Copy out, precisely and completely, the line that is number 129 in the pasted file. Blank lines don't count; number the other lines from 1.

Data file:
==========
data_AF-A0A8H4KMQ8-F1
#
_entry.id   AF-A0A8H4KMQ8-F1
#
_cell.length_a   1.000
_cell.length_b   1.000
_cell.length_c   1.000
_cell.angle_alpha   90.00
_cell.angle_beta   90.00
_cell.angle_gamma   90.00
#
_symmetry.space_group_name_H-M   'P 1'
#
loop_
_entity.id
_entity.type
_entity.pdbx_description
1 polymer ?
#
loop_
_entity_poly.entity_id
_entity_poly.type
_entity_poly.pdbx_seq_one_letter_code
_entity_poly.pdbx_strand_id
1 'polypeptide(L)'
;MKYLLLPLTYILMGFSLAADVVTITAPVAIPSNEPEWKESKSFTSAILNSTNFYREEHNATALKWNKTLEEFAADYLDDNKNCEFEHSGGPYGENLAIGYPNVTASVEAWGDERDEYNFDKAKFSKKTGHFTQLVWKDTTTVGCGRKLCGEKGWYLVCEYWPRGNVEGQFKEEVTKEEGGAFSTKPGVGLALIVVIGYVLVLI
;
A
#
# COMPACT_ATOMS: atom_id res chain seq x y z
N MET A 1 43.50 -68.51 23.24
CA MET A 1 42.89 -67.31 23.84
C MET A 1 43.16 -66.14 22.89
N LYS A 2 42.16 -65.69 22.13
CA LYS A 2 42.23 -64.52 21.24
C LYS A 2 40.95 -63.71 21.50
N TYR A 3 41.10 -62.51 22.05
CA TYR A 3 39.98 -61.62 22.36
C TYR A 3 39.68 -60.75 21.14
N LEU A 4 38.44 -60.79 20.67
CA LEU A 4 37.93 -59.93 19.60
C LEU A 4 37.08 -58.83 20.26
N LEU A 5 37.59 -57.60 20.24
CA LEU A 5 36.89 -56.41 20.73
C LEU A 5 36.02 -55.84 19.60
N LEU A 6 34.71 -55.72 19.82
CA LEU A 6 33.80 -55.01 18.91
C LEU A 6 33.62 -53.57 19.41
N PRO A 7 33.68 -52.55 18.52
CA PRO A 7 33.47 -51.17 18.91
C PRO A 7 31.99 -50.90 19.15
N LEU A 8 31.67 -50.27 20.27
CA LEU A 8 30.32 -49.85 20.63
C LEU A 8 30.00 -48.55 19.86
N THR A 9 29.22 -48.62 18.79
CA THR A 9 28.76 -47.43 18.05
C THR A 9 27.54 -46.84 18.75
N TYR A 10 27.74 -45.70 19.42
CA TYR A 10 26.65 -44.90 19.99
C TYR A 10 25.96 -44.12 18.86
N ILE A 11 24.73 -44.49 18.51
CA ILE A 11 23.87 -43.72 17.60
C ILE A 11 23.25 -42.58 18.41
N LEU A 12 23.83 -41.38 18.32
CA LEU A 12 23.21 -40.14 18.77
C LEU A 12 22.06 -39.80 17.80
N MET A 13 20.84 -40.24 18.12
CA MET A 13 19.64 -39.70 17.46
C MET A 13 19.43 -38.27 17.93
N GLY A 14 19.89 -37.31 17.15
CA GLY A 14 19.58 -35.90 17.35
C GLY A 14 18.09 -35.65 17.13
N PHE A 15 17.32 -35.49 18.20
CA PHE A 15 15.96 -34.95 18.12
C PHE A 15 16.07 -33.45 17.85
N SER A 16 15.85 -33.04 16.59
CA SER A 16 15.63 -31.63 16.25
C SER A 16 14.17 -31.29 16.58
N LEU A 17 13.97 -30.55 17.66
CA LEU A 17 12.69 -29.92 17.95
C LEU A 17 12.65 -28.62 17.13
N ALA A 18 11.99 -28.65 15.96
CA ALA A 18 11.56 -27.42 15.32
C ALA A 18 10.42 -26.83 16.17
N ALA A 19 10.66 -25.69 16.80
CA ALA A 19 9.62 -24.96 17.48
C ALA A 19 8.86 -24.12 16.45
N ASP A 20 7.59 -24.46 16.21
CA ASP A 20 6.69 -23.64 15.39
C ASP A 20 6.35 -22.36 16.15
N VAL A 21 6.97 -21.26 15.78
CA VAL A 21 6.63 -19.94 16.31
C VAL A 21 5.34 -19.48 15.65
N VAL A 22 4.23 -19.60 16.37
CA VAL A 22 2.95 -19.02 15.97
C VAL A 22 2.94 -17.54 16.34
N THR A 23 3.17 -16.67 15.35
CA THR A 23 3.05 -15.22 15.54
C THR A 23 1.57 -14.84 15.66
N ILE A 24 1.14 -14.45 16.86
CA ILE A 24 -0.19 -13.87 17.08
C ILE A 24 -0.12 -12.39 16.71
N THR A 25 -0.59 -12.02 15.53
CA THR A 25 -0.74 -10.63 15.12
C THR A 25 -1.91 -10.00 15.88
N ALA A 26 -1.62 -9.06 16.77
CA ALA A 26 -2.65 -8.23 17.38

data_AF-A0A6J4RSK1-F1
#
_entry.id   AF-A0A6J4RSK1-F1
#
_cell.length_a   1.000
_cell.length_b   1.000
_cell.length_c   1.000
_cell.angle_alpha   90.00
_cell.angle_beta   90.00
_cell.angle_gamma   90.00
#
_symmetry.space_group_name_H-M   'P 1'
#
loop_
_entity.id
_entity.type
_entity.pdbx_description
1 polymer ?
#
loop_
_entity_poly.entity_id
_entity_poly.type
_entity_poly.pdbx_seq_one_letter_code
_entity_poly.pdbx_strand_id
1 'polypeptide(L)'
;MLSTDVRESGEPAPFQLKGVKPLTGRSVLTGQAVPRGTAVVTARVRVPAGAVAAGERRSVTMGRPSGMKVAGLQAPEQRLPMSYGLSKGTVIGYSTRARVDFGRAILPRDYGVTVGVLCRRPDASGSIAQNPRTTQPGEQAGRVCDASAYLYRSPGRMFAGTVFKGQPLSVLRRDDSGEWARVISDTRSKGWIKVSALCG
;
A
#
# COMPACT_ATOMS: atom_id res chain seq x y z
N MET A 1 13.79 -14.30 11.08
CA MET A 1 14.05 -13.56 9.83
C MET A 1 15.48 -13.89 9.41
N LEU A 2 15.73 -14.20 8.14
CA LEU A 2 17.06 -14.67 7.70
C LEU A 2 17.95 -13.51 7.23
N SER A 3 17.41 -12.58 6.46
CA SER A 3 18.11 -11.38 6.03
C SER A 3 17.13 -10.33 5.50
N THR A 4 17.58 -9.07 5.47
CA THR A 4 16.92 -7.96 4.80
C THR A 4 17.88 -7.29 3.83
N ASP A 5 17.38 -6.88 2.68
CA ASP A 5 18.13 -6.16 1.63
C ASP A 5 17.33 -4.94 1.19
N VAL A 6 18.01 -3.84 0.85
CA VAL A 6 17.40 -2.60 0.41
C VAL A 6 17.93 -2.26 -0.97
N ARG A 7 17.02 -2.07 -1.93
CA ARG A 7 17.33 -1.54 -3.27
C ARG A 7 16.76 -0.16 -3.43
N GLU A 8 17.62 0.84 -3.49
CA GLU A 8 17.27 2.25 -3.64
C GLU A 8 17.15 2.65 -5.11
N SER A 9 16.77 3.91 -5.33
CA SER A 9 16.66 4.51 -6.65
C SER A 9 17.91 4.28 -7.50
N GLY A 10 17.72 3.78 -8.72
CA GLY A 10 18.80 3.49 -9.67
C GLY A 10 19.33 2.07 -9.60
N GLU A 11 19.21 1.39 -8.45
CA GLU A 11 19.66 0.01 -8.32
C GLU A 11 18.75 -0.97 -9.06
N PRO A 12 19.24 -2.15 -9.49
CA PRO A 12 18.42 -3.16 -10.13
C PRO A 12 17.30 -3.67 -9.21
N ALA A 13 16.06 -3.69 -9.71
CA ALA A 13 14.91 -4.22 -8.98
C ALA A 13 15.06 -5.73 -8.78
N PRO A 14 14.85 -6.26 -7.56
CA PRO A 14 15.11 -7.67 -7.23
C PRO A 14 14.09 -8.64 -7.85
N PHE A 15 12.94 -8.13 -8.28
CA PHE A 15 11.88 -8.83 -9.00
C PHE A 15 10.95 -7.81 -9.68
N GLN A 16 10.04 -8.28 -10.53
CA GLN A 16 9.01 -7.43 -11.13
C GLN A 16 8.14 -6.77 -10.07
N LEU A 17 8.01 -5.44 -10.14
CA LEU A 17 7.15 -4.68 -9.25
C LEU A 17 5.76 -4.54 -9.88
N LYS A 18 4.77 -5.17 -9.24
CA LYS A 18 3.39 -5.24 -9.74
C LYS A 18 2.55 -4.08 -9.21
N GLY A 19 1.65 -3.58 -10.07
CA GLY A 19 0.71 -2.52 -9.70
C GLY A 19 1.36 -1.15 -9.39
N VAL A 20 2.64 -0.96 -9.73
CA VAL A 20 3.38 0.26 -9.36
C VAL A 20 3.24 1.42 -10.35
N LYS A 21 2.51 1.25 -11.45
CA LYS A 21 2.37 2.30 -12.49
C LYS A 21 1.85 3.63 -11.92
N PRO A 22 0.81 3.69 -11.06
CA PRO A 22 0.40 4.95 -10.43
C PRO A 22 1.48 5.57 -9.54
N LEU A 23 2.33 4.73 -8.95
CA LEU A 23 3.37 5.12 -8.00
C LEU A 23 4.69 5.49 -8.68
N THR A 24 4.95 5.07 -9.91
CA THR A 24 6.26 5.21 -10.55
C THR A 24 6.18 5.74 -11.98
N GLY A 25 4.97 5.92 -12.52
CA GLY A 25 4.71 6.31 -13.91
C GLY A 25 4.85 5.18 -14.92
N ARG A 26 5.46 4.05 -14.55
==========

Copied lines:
_entity_poly.type